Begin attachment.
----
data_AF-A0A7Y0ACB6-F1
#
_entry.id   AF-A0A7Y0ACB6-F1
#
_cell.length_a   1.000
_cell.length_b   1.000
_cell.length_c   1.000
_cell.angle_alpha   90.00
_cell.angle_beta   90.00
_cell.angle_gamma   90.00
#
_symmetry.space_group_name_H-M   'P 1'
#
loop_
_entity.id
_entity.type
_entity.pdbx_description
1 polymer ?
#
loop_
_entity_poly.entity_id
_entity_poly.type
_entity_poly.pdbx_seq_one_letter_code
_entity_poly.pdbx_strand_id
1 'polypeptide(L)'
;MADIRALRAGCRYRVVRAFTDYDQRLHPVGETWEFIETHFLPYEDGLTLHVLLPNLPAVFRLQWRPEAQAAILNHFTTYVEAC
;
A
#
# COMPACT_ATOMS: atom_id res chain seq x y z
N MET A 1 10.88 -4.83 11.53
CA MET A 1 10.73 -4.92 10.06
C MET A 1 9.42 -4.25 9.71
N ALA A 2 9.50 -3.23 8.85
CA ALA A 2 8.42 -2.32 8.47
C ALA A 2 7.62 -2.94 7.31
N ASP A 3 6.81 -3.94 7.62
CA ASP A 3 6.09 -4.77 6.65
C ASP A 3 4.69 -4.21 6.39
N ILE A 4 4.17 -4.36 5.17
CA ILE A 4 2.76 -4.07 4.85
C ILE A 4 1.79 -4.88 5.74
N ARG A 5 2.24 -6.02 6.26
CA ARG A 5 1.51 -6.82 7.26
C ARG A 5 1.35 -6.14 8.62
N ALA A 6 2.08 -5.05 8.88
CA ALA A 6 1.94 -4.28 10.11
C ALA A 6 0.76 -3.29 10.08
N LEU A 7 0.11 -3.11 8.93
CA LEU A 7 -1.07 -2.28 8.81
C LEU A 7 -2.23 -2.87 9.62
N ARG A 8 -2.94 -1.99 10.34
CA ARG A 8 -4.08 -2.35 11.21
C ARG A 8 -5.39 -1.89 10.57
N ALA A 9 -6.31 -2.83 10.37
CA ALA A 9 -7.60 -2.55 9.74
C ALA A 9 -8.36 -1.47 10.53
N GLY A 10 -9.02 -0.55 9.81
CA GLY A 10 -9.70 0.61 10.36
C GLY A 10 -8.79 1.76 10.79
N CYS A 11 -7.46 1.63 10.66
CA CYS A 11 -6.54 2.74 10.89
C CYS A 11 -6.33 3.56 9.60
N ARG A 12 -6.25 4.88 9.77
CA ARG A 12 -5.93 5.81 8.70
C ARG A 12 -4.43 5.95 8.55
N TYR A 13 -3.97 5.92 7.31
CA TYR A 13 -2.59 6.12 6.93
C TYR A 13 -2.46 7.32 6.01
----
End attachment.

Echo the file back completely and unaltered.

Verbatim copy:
data_AF-A0A7Y0ACB6-F1
#
_entry.id   AF-A0A7Y0ACB6-F1
#
_cell.length_a   1.000
_cell.length_b   1.000
_cell.length_c   1.000
_cell.angle_alpha   90.00
_cell.angle_beta   90.00
_cell.angle_gamma   90.00
#
_symmetry.space_group_name_H-M   'P 1'
#
loop_
_entity.id
_entity.type
_entity.pdbx_description
1 polymer ?
#
loop_
_entity_poly.entity_id
_entity_poly.type
_entity_poly.pdbx_seq_one_letter_code
_entity_poly.pdbx_strand_id
1 'polypeptide(L)'
;MADIRALRAGCRYRVVRAFTDYDQRLHPVGETWEFIETHFLPYEDGLTLHVLLPNLPAVFRLQWRPEAQAAILNHFTTYVEAC
;
A
#
# COMPACT_ATOMS: atom_id res chain seq x y z
N MET A 1 10.88 -4.83 11.53
CA MET A 1 10.73 -4.92 10.06
C MET A 1 9.42 -4.25 9.71
N ALA A 2 9.50 -3.23 8.85
CA ALA A 2 8.42 -2.32 8.47
C ALA A 2 7.62 -2.94 7.31
N ASP A 3 6.81 -3.94 7.62
CA ASP A 3 6.09 -4.77 6.65
C ASP A 3 4.69 -4.21 6.39
N ILE A 4 4.17 -4.36 5.17
CA ILE A 4 2.76 -4.07 4.85
C ILE A 4 1.79 -4.88 5.74
N ARG A 5 2.24 -6.02 6.26
CA ARG A 5 1.51 -6.82 7.26
C ARG A 5 1.35 -6.14 8.62
N ALA A 6 2.08 -5.05 8.88
CA ALA A 6 1.94 -4.28 10.11
C ALA A 6 0.76 -3.29 10.08
N LEU A 7 0.11 -3.11 8.93
CA LEU A 7 -1.07 -2.28 8.81
C LEU A 7 -2.23 -2.87 9.62
N ARG A 8 -2.94 -1.99 10.34
CA ARG A 8 -4.08 -2.35 11.21
C ARG A 8 -5.39 -1.89 10.57
N ALA A 9 -6.31 -2.83 10.37
CA ALA A 9 -7.60 -2.55 9.74
C ALA A 9 -8.36 -1.47 10.53
N GLY A 10 -9.02 -0.55 9.81
CA GLY A 10 -9.70 0.61 10.36
C GLY A 10 -8.79 1.76 10.79
N CYS A 11 -7.46 1.63 10.66
CA CYS A 11 -6.54 2.74 10.89
C CYS A 11 -6.33 3.56 9.60
N ARG A 12 -6.25 4.88 9.77
CA ARG A 12 -5.93 5.81 8.70
C ARG A 12 -4.43 5.95 8.55
N TYR A 13 -3.97 5.92 7.31
CA TYR A 13 -2.59 6.12 6.93
C TYR A 13 -2.46 7.32 6.01